Below is a look at why the markets are falling, what is up with bonds, and a check on precious metals.

Why Stocks Went Down When Oil Went Down – Domestic Equities

Equity markets descended in January alongside oil prices, while testing new lows with a visible increase in volatility. Oil’s dramatic price drop has been a catalyst for stock prices heading lower, a so-called correlation that has actually existed for years.

There are various theories as to how oil and stock prices might be correlated, yet one of the most accepted revolves around macro economic global dynamics.

Oil is the most traded and actively utilized commodity in the world whose consumption represents the economic activity worldwide. So when oil supplies grow and demand drops, markets interpret that as an economic slowdown. Such a slowdown thus migrates into the equity markets, where economic activity and growth is essential for expansion and higher equity prices.

Lower oil prices can also be beneficial for certain sectors, such as consumers, transportation and airlines, whose primary expenses are fuel. Economists expect a possible lag effect with recent low oil prices, which may eventually appear on corporate income statements. Obviously, lower oil prices are not conducive to oil industry sector companies, whose margins shrink as oil prices drop.

Some fixed income investors now view U.S. energy stocks as opportunities to earn higher yields on dividends compared to where they were months ago. Lower valuations on energy stocks have led to higher stock dividend yields as prices have fallen.

Does this mean that the markets won’t recover until oil prices go up? For that answer only time will tell…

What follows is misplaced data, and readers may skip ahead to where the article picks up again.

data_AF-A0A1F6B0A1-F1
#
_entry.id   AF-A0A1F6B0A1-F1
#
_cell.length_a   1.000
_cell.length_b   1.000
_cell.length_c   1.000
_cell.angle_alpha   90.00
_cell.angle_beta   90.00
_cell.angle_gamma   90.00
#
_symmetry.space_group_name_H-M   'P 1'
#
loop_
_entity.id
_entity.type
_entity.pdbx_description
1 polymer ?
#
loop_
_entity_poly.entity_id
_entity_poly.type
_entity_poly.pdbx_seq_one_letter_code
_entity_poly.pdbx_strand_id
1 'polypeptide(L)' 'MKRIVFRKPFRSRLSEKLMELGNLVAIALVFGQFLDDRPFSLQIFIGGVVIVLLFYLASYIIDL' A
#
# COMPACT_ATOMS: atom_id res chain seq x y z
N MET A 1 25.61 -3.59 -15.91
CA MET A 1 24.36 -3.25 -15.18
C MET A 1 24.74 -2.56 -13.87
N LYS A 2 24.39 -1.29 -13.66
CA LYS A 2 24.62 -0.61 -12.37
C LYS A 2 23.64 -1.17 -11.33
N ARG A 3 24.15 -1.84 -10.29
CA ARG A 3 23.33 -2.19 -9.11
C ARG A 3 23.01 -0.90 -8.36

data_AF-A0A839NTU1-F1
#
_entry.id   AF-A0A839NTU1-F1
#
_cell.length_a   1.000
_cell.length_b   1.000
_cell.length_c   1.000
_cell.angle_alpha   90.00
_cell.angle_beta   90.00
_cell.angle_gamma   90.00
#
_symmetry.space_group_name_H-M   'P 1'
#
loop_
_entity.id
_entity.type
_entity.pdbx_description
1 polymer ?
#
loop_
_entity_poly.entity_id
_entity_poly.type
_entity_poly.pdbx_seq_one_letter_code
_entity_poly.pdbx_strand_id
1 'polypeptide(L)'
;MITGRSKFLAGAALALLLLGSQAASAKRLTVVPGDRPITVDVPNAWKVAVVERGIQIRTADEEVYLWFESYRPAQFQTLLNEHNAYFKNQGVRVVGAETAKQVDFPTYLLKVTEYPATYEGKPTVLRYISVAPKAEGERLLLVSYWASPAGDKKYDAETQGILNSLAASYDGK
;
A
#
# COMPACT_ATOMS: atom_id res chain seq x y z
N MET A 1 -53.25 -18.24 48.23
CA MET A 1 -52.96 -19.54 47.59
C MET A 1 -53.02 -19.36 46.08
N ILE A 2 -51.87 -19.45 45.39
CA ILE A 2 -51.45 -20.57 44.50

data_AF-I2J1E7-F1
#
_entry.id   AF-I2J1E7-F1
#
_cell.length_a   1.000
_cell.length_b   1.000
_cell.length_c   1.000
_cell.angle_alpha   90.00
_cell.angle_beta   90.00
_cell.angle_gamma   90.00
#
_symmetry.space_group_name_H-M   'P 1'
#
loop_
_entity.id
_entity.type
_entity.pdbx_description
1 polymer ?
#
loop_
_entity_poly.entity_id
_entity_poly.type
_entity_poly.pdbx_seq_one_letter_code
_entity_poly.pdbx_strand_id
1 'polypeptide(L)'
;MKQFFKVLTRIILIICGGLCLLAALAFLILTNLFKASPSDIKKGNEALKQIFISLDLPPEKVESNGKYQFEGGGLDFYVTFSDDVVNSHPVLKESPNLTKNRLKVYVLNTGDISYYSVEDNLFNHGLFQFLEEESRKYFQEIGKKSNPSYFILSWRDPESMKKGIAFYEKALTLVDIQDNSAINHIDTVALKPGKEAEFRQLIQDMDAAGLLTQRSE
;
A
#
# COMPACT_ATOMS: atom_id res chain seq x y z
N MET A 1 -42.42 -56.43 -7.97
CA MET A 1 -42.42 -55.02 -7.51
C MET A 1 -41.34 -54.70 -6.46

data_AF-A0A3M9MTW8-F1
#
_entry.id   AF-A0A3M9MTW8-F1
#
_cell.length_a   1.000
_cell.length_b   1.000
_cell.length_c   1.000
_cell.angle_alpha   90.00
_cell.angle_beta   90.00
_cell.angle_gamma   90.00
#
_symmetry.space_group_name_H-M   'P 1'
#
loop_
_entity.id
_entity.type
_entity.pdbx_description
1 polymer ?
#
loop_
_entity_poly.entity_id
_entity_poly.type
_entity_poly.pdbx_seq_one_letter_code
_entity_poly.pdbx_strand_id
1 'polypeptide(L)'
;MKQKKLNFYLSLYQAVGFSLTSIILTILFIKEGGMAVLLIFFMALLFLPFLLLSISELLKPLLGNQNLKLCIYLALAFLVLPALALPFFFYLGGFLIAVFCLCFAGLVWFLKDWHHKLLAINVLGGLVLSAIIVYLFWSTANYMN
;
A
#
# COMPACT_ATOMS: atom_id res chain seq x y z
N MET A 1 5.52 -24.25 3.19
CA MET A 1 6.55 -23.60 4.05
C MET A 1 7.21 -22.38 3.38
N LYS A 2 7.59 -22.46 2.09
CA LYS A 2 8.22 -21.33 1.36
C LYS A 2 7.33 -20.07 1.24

Fixed Income – Global Bond Markets

The Fed is now at odds with nearly every other developed country central bank as others employ a rate decrease and stimulus strategies.

In its latest FOMC meeting in January, the Fed decided to leave its rate hike plans intact, disappointing markets and lifting U.S. rates slightly. The Fed did acknowledge slightly lower economic growth and volatile equity market conditions as variables to monitor.

International rates fell in January as central banks moved forward with stimulus efforts aided by lower borrowing rates. The ECB and Japan both reduced their key lending rates enough to drive markets in both regions towards risk assets. Japan’s central bank surprised markets by lowering one of its main lending rates into negative territory for the first time in order to stimulate its sagging economy.

Gold and Silver - What's Up?

Considering the markets and the downward trend, it seems that Gold and Silver (precious metals) have come off the winner over the past couple months. Both gold and silver are up, about 14% and 10% respectively. It makes sense to own some precious metals, but as with any investment how much higher will it go? Typically, people own precious metals as a balance to inflation but it can be a stabilizer to an investment portfolio.